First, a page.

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dionysian festivals - טיולים לרחבי העולם

Dionysian festivals in Greece

Easter just like Christmas is a focal point uniting Paganism and Christianity all over the Balkans. The Greek Carnival (Apokries) is an example of that unity. Its roots we can find the Dionysian celebrations and through it people try to ensure good harvest, lots of animals in their stock and health and prosperity in general. The Apokries start at the beginning of the 40-day Easter fasting period and have its peak between Tsiknopempti, the Thursday before Easter lent, and the Sunday. Tsiknopempti is the day to cook foods and let them char or burn so that the smell is carried out through the village. Charcoal pits burn bright on this day as most homes have barbecues family members visit each other. It is also a night filled with laughter and practical jokes. In different parts of Greece celebrations start a month before Easter but in all regions the climax of these celebrations is on the Sunday before the Clean Monday – the first day of the lent.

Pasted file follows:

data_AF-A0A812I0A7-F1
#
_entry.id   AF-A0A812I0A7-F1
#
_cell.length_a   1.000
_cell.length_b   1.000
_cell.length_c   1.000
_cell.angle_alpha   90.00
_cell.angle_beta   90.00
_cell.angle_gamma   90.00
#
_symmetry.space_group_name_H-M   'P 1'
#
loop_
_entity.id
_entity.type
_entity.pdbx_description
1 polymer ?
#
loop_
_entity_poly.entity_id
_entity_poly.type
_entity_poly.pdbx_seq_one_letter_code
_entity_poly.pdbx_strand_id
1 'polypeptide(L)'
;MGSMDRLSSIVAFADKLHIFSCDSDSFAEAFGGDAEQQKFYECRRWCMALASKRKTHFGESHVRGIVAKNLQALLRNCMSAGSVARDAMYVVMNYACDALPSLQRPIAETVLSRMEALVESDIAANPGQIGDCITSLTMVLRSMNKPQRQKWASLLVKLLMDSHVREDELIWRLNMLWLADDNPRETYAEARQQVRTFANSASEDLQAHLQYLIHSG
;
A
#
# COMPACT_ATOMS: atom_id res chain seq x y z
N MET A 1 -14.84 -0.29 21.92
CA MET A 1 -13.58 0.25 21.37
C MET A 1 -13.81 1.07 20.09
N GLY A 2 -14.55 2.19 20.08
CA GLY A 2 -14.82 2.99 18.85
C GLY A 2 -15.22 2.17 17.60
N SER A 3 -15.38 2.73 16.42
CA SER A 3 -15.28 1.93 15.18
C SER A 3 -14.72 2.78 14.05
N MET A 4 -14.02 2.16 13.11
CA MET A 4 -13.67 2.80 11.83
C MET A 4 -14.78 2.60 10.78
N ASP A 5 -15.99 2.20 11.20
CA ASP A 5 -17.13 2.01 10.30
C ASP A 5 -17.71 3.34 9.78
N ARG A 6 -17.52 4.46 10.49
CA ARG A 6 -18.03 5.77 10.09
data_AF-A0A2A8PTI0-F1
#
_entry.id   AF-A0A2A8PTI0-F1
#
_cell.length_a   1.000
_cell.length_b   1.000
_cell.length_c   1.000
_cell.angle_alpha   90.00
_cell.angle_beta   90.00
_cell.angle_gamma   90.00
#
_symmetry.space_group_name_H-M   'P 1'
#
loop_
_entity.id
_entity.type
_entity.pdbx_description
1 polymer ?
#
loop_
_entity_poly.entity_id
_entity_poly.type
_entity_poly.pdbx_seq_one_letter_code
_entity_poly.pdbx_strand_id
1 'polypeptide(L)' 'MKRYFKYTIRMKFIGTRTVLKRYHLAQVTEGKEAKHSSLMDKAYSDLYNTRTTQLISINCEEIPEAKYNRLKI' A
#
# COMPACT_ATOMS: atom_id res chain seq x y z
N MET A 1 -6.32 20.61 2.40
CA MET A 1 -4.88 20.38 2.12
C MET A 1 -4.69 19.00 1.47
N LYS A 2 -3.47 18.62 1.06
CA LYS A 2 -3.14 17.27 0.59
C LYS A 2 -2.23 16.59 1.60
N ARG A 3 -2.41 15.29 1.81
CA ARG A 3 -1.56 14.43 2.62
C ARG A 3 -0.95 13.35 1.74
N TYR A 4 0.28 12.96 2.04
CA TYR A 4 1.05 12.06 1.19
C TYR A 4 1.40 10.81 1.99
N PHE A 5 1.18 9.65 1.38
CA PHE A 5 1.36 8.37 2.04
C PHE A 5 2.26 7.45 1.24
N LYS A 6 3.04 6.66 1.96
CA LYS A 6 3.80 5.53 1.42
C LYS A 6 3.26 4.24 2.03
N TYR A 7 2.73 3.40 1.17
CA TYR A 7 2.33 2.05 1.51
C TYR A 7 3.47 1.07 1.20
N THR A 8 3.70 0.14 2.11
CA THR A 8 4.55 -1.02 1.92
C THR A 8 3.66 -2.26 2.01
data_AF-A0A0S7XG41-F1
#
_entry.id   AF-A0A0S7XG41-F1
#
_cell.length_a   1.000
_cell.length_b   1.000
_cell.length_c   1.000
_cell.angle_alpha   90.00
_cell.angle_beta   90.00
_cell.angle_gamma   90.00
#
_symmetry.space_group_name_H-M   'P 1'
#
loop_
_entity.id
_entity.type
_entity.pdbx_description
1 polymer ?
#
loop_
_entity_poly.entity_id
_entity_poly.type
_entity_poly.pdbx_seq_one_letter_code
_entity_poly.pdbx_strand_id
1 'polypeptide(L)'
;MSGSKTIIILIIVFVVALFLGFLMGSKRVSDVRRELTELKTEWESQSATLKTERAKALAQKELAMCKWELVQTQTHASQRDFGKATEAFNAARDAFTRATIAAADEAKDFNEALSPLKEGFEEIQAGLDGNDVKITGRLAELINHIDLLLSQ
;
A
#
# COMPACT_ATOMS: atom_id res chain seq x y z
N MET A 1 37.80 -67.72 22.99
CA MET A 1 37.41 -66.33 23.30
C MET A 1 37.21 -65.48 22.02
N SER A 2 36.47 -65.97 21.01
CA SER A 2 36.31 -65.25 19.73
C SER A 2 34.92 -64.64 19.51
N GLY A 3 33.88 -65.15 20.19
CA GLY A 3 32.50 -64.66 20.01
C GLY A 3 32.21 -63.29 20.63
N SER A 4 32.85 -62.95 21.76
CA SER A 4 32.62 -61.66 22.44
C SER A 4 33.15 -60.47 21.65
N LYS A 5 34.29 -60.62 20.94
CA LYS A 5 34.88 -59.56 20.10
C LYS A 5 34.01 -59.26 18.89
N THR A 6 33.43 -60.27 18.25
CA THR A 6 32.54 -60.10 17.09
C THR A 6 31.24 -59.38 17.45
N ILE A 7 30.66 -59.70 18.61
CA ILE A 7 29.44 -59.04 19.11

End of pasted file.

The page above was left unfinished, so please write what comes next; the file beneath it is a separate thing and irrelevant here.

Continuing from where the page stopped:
Fanos (in singular, Fanoi in plural) is the word Greek people use to name a big bonfire which is made within the spring carnivals celebrating Easter and the beginning of the fasting period of 40 days. A typical custom from the family of the spring Easter celebrations, Fanos has its origins in the ancient worshiping of Dionysus. A big fire on top of an altar - clearly a phallic symbol for fertility – is set  in the middle of the main square and is left to burn during the whole night. People dance, sing and drink around it. Groups of singers take turns performing traditional Fanoi songs. Some of the bravest people jump over the flames, others mask and disguise.

 

 

 

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